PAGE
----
Excellent. I set out the mistakes as I saw them in my paper for the Adam Smith Institute last year (available here). In short, privatisation itself wasn't the problem, more the unwieldy structure and the latitude this gave to regulators who strangled the new-born industry.

The EU directive should not be a problem. The German rail authorities have worked out a way round it if they choose an integrated privatization option.

Maglev trains - I remember a man from British Rail demonstrating maglev as future of rail to my class back in 1960's...those were the days when UK had an engineering industry and invested in research.

SimonC makes point about old stock. I was a daily commuter from Wilts to London for 21 years and from late 70's through to around 1990 the rolling stock was aging, recycled and prone to failure (guaranteed at least one failure per week). It was only in the 90's when privatisation beckoned that the stock was upgraded. Privatisation brought new stock, new fare stuctures etc and resultant increase in number of passengers shows it was successful in at least that.

However the complexity of privatisation went further than track & stock - the maintance etc was all done separately. The simple premise that the track company provided the road and the operating companies leased time-slots was lost. The benefit of that was that enterprising operators could compete on the same lines so no monopoly supplier.

This latest proposal actually goes back to what Major wanted but the Department and consultants talked him out of - he wanted to see the pre-war regional operations restored, with track & stock managed by the same company.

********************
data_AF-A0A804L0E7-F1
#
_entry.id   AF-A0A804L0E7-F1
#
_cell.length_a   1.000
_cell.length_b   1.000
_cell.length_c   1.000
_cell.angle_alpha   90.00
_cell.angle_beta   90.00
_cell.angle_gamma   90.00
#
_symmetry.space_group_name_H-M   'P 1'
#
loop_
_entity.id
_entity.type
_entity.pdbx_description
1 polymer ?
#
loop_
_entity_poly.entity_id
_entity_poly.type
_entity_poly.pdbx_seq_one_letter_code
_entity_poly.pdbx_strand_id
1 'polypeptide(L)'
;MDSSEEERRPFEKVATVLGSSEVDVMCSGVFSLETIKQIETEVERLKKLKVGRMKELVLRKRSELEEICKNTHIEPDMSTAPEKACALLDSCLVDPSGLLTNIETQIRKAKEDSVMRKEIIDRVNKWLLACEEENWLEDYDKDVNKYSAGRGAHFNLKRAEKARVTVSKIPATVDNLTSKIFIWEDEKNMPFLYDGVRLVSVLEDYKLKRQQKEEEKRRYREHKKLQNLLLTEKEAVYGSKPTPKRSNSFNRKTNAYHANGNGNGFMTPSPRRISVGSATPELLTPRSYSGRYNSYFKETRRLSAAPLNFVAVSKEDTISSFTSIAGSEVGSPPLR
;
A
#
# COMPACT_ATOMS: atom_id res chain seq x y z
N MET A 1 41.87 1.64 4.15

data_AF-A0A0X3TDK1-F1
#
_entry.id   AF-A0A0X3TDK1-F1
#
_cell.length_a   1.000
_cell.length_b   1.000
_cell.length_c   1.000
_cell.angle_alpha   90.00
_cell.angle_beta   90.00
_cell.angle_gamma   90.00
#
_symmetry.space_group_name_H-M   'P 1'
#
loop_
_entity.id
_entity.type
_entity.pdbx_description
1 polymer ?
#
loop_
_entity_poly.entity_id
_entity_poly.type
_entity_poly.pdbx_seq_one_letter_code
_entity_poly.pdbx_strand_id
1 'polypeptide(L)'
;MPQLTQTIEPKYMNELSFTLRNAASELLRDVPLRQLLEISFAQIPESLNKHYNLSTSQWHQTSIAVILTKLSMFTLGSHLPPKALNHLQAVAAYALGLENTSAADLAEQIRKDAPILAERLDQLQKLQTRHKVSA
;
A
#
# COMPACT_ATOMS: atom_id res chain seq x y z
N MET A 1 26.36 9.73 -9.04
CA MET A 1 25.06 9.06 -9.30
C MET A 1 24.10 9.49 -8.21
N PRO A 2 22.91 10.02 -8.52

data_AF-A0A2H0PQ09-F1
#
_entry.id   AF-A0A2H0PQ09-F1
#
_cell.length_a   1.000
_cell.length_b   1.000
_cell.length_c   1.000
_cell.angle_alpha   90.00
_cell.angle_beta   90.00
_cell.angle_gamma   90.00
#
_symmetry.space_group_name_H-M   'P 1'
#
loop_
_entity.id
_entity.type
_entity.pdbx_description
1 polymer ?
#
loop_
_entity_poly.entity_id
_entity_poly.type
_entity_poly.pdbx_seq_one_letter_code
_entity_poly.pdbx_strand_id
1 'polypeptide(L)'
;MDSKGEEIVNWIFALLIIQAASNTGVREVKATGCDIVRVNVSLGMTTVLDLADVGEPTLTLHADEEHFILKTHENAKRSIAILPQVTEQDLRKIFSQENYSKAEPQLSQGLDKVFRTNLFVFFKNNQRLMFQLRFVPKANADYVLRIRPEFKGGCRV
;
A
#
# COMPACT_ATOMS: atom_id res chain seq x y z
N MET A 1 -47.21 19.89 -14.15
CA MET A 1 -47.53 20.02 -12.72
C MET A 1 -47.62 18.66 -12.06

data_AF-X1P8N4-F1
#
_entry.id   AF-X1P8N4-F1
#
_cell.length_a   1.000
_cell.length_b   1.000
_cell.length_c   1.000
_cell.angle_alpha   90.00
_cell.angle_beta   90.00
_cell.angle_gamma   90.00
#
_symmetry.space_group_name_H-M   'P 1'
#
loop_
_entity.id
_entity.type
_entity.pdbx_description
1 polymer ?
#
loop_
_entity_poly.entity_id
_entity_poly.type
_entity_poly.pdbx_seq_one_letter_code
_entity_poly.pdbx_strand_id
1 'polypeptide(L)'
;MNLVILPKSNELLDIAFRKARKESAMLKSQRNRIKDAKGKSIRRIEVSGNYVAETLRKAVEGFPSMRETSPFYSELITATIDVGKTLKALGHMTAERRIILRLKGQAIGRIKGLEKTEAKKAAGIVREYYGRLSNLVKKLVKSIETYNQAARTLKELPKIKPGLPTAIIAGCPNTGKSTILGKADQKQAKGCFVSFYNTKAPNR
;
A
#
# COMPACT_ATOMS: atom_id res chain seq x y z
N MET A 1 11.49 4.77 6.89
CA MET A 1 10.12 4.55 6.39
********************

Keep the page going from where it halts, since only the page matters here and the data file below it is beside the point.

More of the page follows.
It looks a much better proposal than current one - there is no national rail network really just a collection of regional/inter-city lines and I think the failure of the 1990's competitive regime has probably meant regional monopolies are the future.

Iain, in your paper you say,
"EC 91/440 remains in place, however. It continues to be a significant obstacle to any plans to reunite infrastructure and operations under the same ownership".

If asPatrick Crozier claims it is not a problem,where are the problems you forsee in the creation of the suggested poivcy within Directive 91/440 and the follow up directives

I am afraid this thread like so many others on this site really does demostrate what is wrong about the Conservative Party and what must be changed and that is its total obsession with Europe. No matter what subject is discussed on this site it always ends up with a discussion about Europe.
If people are to be convinced of the party`s fitness to govern I am afraid its simply as to change. We must really start reflecting the real Britain and talking about the peoples priorities not something that hardly registereds out on the streets.

Jack, when 85% of all laws emanate from the EU, do you not appreciate that Westminster politicians are completely contrained in what practically they can do?

Just get rid of the complex legal and contractual administration and use the money to build railways ... with simple fare structure and without lots of changing trains to get from a to b

keep it simple!

Ted and Simon C.You were lucky chaps,on my line now operated by 'ONE' new rolling stock meant a signixcant deterioration of services as the new stock had design faults etc.
I would be delighted if any initative by the Conservative party or indeed anyone else meant an improvement in services but as a commuter of more than 20 years I'll believe it when I see it.

Well, on a quick glance the most recent Directive which may constrain policy decisions regarding our railways (sorry, I meant, the parts of the Community's railways which run within the UK) seems to be 2004/51/EC, which amends and repeals parts of previous legislation running back to 91/440 and before.

It would be time consuming to go through everything about railways which comes up on EUR-lex, and it would be easy to miss something which has already been put in place, not to mention other proposals which may be in the pipeline.

That's why Mr Grayling really should check with the expert officials in Brussels, and they could tell him what they would and would not allow him to do.